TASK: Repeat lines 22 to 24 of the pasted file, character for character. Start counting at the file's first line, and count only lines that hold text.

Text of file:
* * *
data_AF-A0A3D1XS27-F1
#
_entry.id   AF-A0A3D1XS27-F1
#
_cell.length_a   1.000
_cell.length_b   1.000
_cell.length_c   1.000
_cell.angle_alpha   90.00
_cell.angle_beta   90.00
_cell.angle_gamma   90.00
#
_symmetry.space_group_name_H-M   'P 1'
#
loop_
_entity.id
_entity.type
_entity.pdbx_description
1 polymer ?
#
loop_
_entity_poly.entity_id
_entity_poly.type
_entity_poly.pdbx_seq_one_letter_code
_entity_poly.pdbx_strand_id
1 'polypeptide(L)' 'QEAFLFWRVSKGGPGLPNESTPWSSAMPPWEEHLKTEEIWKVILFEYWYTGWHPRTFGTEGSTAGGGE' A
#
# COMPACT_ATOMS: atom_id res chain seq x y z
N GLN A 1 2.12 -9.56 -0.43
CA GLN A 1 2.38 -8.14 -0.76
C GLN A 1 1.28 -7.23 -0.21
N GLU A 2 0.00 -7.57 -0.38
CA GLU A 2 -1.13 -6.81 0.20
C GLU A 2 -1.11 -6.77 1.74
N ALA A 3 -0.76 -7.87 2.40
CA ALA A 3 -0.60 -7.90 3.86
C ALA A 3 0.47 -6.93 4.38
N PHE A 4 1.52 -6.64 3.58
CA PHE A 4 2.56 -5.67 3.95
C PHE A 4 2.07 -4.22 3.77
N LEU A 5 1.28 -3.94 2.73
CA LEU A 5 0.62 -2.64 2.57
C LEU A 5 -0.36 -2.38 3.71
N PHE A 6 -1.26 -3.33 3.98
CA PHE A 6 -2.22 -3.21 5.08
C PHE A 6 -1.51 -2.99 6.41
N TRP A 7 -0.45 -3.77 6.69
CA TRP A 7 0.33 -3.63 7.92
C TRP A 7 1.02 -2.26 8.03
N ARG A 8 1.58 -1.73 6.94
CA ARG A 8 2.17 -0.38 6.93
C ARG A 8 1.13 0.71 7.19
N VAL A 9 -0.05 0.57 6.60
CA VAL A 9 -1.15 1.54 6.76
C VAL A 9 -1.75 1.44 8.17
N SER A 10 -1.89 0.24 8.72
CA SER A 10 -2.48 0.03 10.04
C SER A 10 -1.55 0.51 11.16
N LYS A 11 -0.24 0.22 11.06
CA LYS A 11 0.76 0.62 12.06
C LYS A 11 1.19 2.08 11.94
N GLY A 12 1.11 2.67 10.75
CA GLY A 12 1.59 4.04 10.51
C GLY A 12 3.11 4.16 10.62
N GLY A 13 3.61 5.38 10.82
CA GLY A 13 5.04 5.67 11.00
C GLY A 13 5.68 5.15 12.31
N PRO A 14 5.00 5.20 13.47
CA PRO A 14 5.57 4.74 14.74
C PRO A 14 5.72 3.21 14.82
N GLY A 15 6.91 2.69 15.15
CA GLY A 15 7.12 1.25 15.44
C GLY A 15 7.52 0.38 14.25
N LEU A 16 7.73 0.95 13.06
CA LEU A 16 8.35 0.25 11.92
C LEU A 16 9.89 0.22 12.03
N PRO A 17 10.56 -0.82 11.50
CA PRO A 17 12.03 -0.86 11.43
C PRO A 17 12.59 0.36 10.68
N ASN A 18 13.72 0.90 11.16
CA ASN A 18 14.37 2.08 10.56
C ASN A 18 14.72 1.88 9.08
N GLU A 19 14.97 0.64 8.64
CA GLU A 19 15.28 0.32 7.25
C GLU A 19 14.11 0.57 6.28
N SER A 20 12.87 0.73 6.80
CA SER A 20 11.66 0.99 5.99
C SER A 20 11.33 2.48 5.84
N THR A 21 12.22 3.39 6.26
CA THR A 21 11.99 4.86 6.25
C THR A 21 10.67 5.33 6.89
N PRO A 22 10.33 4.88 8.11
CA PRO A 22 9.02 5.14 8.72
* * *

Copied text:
_entity_poly.type
_entity_poly.pdbx_seq_one_letter_code
_entity_poly.pdbx_strand_id